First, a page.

Or -- Slap Us Silly
We get antsy. We’re ready. The wind has other ideas. We wait. Sometimes not long enough….
WindGuru forecast the winds would be lightest of several days, moving East, no longer SouthEast. That was good; Southeast was in our face (directly opposite the way we wanted to go); East meant we could sail, at least part of the way.
We waited a day before heading to Nassau. Sat on our butts the whole day. Unwilling to tackle a windy dinghy ride to Berry Islands Club, kayak. Freshly showered after two days without, we weren't about to spoil it with a saltwater snorkel.
|Not much happening on the main road in Frazer, Hog Key.|
Sunrise the next morning, we poked our heads outside. Hmmm. No less windy. Still in our face. The wind will shift, we figured. Motor on. Anchor up, and away.
The wind never did shift, not in the 36 miles from Frazer Hog Key to Nassau. We got rocked and rolled by up to 4 ½ foot waves, just a few seconds apart from each other. Periodically waves slapping up, over the top of our bow and all the way back to the cockpit splooshed through our dodger viewhole opening. Up until the last 8 or so miles when Nassau’s New Providence Island blissfully broke the relentlessly rude Tongue of the Ocean wind waves, we felt like crap and were bored, bored, bored.
Dinghy side handle tear; temporary fix in place.
When the ride’s that rough, you don’t want to read. There’s not much visual variety. There’s no relaxing while simply trying to hold onto your position inside the boat you endure the Atlantic’s version of an ongoing isometric workout. You definitely do not want to go below unless absolutely necessary, and then for the shortest possible time … for 9 hours. Bottom line? It’s not dangerous, just dull as hell. Bored as we were, with virtually no traffic or dangerous obstacles to avoid, we let the autopilot do the work.
|We’re not much for this level of
“civilization” but Nassau’s|
calm harbor was most welcome after our rough ride.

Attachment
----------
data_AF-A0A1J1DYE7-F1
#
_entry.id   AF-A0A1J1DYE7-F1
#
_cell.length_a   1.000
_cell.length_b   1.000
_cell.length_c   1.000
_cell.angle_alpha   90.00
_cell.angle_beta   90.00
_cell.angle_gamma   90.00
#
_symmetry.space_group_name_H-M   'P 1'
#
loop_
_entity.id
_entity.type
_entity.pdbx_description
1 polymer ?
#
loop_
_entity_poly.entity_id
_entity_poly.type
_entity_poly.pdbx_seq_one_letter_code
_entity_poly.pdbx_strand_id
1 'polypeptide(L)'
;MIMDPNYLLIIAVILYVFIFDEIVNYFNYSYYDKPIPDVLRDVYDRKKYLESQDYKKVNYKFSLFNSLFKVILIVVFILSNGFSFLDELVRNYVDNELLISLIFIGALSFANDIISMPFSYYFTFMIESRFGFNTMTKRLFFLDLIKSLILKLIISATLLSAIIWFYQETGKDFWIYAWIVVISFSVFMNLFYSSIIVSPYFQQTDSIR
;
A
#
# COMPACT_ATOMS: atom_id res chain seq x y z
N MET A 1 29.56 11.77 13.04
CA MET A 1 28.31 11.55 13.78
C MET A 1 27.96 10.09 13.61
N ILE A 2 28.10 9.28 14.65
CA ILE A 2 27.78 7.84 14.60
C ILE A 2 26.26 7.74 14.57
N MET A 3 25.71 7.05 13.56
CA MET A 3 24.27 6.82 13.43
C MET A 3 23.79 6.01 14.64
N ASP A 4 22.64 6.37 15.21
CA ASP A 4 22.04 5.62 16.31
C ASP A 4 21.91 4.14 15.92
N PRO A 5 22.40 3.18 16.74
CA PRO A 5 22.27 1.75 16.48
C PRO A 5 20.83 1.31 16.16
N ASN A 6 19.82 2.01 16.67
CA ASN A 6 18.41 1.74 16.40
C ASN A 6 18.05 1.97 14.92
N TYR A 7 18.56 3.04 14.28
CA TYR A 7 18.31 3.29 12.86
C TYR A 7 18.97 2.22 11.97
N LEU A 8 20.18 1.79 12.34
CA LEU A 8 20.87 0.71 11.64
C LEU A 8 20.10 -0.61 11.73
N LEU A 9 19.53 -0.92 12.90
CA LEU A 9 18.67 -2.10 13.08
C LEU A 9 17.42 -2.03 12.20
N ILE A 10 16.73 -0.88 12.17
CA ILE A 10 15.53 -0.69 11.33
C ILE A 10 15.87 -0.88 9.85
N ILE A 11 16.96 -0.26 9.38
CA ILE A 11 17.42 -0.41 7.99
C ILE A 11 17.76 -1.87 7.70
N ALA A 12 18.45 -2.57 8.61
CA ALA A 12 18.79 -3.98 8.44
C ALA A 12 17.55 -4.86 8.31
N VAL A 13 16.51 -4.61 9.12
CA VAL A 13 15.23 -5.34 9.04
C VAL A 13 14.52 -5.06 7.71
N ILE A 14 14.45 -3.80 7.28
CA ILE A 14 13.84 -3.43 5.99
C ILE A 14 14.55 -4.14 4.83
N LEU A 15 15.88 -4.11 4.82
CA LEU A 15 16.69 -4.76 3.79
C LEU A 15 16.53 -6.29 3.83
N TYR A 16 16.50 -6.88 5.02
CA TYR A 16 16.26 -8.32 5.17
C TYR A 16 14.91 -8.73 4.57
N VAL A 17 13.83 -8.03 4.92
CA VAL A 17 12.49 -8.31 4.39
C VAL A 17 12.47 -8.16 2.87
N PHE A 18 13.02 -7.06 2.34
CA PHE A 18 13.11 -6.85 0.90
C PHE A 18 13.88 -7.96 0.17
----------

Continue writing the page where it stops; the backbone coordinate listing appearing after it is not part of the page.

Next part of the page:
There were two unfortunate boredom-breaking exceptions….
One of the lines whose purpose was to minimize our dinghy’s swinging on our davits nearly sawed through our rear starboard side dinghy handle. We quickly devised and implemented the en route temporary solutions. While not ideal, it did prevent further damage, and we stopped snapping at each other once the dinghy destruction abated.
Salty result of Wayne’s finger test across
our companionway hatch cover.
One of our jerry cans of outboard motor gas lost its cap. Every time we got bucked particularly badly, it was followed by a whiff of gas, wandering over the side decks of our boat. Ugh, nothing like snootfuls of gas fumes on an already queasy stomach. At least Wayne now has a filter to separate the seawater out so the remaining filtered gas is usable, and he found the cap in our seacock (drain) and was able to retrieve it.
Our salt-scrubbed bow. Only a little seagrass
was intrepid enough to remain after its drubbing.
“Hey, with all this water washing over the bow, it’s probably finally clean!” Wayne joked, hopefully. He was referring to the nasties our anchor chain deposited there and we’d yet to fully remove.
Seriously, compared to last year’s cruising, we weathered this well. Our autopilot worked perfectly. No steering shutdown. No engine issues. No blown out sails. No blown chow (yes, we felt crappy, but not that bad). While in the heat of the moment, violent seas do not always foster flawless communication, mutual understanding and forgiveness now follows quickly.
Okay, so we motored the whole way and our boat got a thorough salt facial. It’s not all bad. And we’re here, in Nassau, the perfect place for post-shakeout boat improvements in the Bahamas. Time to come up with a better solution for securing our dinghy before another passage.
Thanks to crystalline kisses, heavy dewfall and a scrub, we’re much prettier now for whatever our next adventure brings.
Feb 3, 2014. BAHAMAS. We're in Nassau. Next stop: tomorrow, Palm Cay Marina, Nassau for some dinghy repair work, then Exumas (probably Highborn Cay). Likely leaving later this week.